However, it’s worth noting that this approach isn’t a permanent one.

You’ll need to reapply the scent every couple of days to ensure its continued effectiveness. 

Install A Physical Barrier

Your dog won’t eat your bluebells if they can’t reach them. 

Fortunately, dogs aren’t the best climbers, which means that installing a gate or fence around bluebells should keep them away. 

Alternatively, if you’d rather refrain from adding a new structure to your garden, or it is not possible if they are growing in the wild, you may be able to place mulch or gravel on the ground around the bluebells instead. 

The resulting surface will be much too uncomfortable for your dog to even consider walking on, and it will surely stick to more pleasant surfaces instead. 

Provide Sufficient Food

Your dog may be eating bluebells because they’re genuinely hungry. 

Thus, to combat this, do double-check that you’re feeding your dog enough food during their regular feeding times. 

When it comes to portion sizes, it’s important to strike a balance. 

The portion shouldn’t be too small that your dog is left hungry, nor should it be so large that your dog begins to expect more food and ups its scavenging as a result. 

Rather, you’ll want to find something of a middle ground. 

In addition to this, when you do feed your dog, ensure that the food you provide is well-balanced and nutritious. 

It should contain a balanced mix of carbohydrates, fats, and proteins. 

Finally, it could also be helpful to get into the swing of sticking with regular feeding times. 

Your dog will get used to the routine in no time and subsequently become accustomed to the fact that snacking on your bluebells simply isn’t a part of it.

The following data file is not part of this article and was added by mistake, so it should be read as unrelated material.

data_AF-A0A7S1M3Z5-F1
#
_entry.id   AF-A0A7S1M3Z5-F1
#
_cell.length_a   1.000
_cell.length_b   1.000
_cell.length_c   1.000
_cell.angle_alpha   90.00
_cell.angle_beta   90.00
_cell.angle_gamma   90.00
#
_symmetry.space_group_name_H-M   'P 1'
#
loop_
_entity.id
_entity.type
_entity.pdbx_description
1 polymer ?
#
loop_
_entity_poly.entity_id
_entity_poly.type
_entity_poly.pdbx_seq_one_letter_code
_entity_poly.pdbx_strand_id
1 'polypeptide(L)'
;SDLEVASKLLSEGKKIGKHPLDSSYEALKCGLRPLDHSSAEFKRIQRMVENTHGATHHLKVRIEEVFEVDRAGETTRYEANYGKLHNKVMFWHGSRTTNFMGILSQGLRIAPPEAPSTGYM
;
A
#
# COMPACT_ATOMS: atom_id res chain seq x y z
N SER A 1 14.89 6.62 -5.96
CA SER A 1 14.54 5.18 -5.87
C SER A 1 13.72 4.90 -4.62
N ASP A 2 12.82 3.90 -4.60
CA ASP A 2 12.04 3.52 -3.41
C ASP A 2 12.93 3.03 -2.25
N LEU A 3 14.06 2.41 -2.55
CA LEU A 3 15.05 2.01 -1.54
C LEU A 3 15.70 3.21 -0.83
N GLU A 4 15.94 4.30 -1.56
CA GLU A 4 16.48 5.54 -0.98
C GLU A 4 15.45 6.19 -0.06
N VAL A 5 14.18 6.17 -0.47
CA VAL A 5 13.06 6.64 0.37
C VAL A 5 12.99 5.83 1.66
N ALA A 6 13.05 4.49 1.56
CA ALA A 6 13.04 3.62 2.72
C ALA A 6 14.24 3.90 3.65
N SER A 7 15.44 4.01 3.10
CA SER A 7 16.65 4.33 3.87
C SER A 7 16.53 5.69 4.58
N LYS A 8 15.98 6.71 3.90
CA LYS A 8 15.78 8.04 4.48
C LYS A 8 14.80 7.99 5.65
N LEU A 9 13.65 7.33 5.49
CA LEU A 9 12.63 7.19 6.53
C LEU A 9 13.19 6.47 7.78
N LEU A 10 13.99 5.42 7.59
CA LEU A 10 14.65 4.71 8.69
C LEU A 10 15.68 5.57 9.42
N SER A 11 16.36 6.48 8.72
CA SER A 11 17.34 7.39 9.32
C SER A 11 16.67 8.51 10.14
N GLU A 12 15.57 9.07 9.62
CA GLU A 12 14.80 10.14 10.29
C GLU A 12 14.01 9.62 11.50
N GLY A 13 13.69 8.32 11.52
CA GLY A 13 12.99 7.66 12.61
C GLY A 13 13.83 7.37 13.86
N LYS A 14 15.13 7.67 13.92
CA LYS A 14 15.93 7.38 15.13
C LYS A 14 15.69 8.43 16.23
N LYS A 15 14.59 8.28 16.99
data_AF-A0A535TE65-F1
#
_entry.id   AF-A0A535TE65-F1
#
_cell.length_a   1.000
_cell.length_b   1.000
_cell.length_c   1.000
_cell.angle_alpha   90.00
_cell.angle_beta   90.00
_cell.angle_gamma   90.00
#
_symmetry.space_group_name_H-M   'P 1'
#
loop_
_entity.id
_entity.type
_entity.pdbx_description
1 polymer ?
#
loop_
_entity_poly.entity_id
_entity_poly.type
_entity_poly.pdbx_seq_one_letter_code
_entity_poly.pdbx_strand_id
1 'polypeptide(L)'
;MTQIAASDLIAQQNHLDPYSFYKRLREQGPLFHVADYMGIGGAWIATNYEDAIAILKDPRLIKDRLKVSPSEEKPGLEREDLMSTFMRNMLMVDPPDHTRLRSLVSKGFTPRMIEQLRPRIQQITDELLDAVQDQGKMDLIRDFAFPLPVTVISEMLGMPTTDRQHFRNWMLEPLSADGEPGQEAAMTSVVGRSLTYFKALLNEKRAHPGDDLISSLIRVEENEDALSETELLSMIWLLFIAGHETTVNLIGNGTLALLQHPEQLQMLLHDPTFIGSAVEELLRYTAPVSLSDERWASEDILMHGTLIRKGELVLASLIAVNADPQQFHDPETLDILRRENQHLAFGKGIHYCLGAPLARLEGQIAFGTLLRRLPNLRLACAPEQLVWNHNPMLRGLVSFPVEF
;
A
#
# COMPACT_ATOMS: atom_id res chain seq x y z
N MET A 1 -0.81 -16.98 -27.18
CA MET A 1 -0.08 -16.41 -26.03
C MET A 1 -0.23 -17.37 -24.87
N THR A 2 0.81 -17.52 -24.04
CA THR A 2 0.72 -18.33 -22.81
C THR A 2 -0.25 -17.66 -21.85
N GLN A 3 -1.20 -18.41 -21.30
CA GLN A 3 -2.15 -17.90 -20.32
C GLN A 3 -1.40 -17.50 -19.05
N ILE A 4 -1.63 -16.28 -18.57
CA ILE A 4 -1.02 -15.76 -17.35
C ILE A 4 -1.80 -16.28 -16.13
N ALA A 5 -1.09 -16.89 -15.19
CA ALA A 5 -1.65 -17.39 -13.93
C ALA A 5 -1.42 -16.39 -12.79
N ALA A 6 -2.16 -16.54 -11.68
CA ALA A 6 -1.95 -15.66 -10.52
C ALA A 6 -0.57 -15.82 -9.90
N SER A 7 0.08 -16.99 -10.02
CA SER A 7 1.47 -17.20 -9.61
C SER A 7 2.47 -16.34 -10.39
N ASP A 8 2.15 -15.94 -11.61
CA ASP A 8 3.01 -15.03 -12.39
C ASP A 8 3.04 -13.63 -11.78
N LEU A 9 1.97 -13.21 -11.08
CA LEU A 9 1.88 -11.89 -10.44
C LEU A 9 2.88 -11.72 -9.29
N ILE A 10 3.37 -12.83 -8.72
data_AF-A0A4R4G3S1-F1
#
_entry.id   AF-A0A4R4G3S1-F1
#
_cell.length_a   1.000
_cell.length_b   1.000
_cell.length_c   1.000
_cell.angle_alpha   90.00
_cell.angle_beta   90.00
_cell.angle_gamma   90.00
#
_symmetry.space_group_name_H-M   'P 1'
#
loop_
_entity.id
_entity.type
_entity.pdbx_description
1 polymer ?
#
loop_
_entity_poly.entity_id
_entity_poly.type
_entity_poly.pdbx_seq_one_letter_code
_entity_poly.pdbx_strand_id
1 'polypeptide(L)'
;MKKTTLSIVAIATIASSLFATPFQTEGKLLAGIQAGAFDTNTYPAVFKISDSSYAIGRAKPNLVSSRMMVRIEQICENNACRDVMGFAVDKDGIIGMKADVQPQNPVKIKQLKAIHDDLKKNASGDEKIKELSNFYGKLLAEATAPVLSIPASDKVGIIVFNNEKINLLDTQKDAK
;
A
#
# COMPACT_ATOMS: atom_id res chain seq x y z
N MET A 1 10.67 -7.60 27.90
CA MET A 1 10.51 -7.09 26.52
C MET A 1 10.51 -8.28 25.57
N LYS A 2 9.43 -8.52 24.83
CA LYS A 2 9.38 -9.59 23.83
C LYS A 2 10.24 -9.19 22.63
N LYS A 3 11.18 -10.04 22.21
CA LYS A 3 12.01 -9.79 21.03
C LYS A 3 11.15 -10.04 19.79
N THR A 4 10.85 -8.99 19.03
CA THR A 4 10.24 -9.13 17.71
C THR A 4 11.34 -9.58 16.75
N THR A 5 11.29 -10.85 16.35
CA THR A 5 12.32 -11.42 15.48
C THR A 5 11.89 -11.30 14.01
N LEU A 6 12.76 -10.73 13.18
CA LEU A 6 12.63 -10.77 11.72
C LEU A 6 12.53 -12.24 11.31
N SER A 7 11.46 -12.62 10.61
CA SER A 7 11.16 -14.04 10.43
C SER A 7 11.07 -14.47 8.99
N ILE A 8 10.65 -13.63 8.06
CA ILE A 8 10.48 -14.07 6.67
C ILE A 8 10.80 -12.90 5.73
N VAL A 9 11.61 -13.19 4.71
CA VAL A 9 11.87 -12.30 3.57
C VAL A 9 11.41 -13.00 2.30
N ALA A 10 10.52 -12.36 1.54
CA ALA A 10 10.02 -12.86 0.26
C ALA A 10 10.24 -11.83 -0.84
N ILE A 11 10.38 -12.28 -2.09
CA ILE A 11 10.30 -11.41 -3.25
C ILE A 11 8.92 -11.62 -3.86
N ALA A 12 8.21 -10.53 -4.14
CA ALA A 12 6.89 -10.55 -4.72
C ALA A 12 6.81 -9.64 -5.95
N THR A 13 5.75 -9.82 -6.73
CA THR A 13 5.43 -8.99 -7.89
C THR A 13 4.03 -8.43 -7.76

Consistency prevails! 

Other Suggestions When Keeping Bluebells Around Dogs

Seek Immediate Medical Support 

If your dog has eaten your bluebells, it’s important to seek medical attention right away. 

Head to the vet as soon as you can! 

The vet is the most qualified person to offer both their opinion and the best course of action moving forward. 

With the right care, provided it’s swift, your dog will hopefully make a full recovery back to its happy and healthy self! 

Rethink Your Plant Purchases

If you are planning on growing bluebells and haven’t yet purchased them, it’s worth reconsidering your choice.

After all, why bring toxic plants into your garden if you’re not 100% certain that you’ll be able to keep your dog away from them?

If you already have bluebells and the above measures haven’t worked out for you, it’s probably time to err on the safe side and look into rehoming your plants. 

Doing so will give you peace of mind, and rest assured; there are several plants out there that don’t pose any risk to dogs at all. 

Consider Letting Your Local Council Know

If bluebells are on the perimeter of your property and on land that you do not own, you may need to contact your local council and ask what they can do about them or measures to keep dogw safe.

Keep Your Dog Leashed

If you are on a walk and your dog loves to run off and scavenge, it will be prudent to keep your dog on a leash at certain times of the year or in certain areas where bluebells grow.